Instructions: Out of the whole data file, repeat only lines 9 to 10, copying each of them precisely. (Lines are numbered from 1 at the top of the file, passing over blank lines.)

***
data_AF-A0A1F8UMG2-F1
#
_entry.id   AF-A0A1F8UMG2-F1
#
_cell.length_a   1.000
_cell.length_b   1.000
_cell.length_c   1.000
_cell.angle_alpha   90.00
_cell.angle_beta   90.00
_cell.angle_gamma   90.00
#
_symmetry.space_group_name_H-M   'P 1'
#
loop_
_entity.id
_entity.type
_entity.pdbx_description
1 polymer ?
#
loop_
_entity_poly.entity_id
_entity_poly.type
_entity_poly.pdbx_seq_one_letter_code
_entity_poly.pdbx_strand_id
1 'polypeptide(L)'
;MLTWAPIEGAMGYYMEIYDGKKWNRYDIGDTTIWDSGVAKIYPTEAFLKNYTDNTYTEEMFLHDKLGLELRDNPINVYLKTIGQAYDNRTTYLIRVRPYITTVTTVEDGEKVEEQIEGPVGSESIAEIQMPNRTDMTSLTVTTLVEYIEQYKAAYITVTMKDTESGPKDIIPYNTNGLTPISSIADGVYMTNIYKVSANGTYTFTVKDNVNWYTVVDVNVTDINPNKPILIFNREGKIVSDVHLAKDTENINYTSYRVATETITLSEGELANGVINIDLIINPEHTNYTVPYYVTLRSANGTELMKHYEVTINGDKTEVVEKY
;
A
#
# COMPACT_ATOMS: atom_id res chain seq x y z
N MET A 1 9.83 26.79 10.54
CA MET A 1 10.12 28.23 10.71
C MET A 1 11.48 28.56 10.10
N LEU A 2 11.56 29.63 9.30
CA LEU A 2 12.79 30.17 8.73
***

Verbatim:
_cell.angle_beta   90.00
_cell.angle_gamma   90.00